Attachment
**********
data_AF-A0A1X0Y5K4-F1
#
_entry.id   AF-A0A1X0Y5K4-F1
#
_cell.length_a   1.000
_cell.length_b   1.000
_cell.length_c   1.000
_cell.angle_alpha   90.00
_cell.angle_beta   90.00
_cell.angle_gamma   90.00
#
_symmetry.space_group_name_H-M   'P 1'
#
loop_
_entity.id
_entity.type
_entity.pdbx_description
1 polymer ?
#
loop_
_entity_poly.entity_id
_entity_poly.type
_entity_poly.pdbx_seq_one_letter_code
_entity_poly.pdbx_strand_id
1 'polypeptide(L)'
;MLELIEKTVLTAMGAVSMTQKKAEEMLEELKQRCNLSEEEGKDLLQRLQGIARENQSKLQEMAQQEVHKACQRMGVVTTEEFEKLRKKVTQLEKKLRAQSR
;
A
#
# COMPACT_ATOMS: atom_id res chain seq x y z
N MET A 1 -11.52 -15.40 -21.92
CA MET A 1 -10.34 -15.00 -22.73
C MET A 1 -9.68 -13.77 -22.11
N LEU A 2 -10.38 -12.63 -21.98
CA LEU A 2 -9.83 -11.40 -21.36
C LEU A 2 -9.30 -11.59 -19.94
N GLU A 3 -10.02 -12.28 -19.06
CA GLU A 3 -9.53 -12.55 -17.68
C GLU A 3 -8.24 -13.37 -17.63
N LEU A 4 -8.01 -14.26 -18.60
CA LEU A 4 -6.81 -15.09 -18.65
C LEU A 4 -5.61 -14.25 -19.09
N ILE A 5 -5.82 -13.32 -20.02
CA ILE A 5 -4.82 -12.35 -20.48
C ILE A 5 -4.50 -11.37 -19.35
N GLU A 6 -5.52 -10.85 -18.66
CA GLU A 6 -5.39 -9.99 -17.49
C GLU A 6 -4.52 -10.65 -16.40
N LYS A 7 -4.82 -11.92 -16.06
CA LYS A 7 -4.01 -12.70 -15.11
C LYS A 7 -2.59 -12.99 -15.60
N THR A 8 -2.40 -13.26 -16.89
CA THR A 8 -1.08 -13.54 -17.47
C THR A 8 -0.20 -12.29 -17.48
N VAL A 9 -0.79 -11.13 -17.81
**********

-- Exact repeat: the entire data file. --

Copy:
data_AF-A0A1X0Y5K4-F1
#
_entry.id   AF-A0A1X0Y5K4-F1
#
_cell.length_a   1.000
_cell.length_b   1.000
_cell.length_c   1.000
_cell.angle_alpha   90.00
_cell.angle_beta   90.00
_cell.angle_gamma   90.00
#
_symmetry.space_group_name_H-M   'P 1'
#
loop_
_entity.id
_entity.type
_entity.pdbx_description
1 polymer ?
#
loop_
_entity_poly.entity_id
_entity_poly.type
_entity_poly.pdbx_seq_one_letter_code
_entity_poly.pdbx_strand_id
1 'polypeptide(L)'
;MLELIEKTVLTAMGAVSMTQKKAEEMLEELKQRCNLSEEEGKDLLQRLQGIARENQSKLQEMAQQEVHKACQRMGVVTTEEFEKLRKKVTQLEKKLRAQSR
;
A
#
# COMPACT_ATOMS: atom_id res chain seq x y z
N MET A 1 -11.52 -15.40 -21.92
CA MET A 1 -10.34 -15.00 -22.73
C MET A 1 -9.68 -13.77 -22.11
N LEU A 2 -10.38 -12.63 -21.98
CA LEU A 2 -9.83 -11.40 -21.36
C LEU A 2 -9.30 -11.59 -19.94
N GLU A 3 -10.02 -12.28 -19.06
CA GLU A 3 -9.53 -12.55 -17.68
C GLU A 3 -8.24 -13.37 -17.63
N LEU A 4 -8.01 -14.26 -18.60
CA LEU A 4 -6.81 -15.09 -18.65
C LEU A 4 -5.61 -14.25 -19.09
N ILE A 5 -5.82 -13.32 -20.02
CA ILE A 5 -4.82 -12.35 -20.48
C ILE A 5 -4.50 -11.37 -19.35
N GLU A 6 -5.52 -10.85 -18.66
CA GLU A 6 -5.39 -9.99 -17.49
C GLU A 6 -4.52 -10.65 -16.40
N LYS A 7 -4.82 -11.92 -16.06
CA LYS A 7 -4.01 -12.70 -15.11
C LYS A 7 -2.59 -12.99 -15.60
N THR A 8 -2.40 -13.26 -16.89
CA THR A 8 -1.08 -13.54 -17.47
C THR A 8 -0.20 -12.29 -17.48
N VAL A 9 -0.79 -11.13 -17.81